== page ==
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Clare Valley Grape Growers Face Imminent Threat from Spray Drift

Grape growers in Clare Valley are urging farmers in the Mid-North to take extreme caution while spraying summer weeds

With grape vines being highly susceptible to herbicide damage at this time, Anna Baum, Executive Officer of the Clare Valley Wine & Grape Association (CVWGA), highlights the alarming potential of off-target spray drift, which can extend up to 100 kilometres in temperature inversion conditions.

According to Ms. Baum, it is crucial for all primary producers, including grape growers, grain producers, spray contractors, and other landholders, to refrain from spraying during hazardous inversions. She says understanding which inversions are hazardous is new for this region and differentiating non-hazardous inversions gives producers a greater window to get their spray out.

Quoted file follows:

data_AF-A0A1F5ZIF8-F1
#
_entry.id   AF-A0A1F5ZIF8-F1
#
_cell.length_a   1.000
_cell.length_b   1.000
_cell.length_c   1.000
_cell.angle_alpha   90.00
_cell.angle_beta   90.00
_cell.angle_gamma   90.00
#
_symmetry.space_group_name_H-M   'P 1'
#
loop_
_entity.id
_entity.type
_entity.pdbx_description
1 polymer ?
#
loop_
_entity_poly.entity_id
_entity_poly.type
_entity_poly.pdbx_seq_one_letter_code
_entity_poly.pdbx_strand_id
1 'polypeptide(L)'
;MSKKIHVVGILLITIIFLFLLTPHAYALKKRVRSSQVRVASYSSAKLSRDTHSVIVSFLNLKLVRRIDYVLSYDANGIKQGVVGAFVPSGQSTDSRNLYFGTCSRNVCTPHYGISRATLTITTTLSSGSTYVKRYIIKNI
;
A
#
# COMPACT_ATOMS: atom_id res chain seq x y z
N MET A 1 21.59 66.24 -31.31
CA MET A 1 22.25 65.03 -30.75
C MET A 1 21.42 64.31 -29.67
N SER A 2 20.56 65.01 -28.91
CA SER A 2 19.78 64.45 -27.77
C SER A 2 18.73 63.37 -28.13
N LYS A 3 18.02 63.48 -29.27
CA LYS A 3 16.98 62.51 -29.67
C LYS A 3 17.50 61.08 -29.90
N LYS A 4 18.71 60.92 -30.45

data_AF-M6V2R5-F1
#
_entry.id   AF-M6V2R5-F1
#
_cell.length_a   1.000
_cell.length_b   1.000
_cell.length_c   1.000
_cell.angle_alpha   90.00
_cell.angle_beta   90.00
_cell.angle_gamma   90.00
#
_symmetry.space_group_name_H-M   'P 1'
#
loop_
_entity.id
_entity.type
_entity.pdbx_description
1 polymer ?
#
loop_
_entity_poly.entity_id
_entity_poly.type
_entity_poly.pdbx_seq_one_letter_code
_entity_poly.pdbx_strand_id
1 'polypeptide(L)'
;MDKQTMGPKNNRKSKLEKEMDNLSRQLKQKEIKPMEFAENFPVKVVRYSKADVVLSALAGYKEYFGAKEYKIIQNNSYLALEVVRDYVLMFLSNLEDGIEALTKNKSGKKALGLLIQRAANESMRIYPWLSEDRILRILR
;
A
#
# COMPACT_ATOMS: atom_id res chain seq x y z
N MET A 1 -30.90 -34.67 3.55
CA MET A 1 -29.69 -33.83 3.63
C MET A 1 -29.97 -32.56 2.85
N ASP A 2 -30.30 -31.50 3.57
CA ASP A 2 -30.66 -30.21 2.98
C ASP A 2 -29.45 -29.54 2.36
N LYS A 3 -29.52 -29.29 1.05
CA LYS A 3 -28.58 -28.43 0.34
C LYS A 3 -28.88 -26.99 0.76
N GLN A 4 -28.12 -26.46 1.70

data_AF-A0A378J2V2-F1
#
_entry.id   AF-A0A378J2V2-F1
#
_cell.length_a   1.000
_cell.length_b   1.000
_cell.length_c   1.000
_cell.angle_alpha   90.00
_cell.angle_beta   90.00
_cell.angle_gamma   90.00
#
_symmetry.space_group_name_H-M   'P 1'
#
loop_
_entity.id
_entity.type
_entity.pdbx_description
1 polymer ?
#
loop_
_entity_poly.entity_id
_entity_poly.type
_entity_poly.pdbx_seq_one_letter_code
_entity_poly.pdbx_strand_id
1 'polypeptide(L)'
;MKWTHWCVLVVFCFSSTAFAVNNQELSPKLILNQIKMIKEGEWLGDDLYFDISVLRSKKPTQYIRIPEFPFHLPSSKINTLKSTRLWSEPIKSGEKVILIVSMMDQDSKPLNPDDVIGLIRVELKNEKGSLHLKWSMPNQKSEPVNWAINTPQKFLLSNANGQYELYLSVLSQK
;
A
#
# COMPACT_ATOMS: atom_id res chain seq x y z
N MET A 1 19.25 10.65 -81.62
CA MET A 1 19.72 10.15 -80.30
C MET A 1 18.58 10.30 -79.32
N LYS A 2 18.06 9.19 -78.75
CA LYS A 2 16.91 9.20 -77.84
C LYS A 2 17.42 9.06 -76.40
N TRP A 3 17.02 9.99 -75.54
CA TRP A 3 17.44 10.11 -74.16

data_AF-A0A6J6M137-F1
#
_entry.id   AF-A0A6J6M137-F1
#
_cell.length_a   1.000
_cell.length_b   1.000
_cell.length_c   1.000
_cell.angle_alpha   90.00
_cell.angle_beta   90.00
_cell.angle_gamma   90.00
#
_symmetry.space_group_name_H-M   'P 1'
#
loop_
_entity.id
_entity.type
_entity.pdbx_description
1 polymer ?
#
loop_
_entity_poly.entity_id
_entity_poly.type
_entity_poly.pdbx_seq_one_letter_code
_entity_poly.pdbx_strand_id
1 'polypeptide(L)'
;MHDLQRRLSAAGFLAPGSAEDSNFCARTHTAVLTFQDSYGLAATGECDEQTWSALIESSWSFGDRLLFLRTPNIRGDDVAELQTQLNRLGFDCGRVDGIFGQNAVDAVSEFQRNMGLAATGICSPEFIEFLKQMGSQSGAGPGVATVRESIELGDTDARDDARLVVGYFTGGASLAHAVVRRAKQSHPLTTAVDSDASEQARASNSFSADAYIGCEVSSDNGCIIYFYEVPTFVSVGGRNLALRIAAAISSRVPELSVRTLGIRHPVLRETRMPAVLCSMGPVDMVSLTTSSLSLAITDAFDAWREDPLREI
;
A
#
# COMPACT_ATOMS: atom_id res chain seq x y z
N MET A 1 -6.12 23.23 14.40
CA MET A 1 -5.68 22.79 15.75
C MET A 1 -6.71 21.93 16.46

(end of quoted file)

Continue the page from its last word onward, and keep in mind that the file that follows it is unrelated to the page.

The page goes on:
Ms. Baum emphasises, “Being able to monitor hazardous inversions in real-time by subscribing to the COtL Mesonet is an invaluable tool for all primary producers in our region.”

Expressing support for the Department of Primary Industries and Regional Development’s (PIRSA) proposed crackdown on rule-breaking producers this season, Ms. Baum states, “All primary producers expect PIRSA to take the strongest possible action against people who do not follow the mandatory label directions. A prosecution of someone breaking the law would be a wake-up call to everyone.”

She adds, “All primary producers have a responsibility to keep their sprays in their paddock and, in doing so, protect the environment and human health.”

While acknowledging that some farmers may be displeased with grape growers continually highlighting the risks of off-target spray drift, Ms. Baum asserts, “Farmers may not like the fact that grape growers keep drawing public attention to the risks of off-target spray drift, but we are simply the canary in the coal mine. Spray drift has far-reaching consequences for the whole community.”



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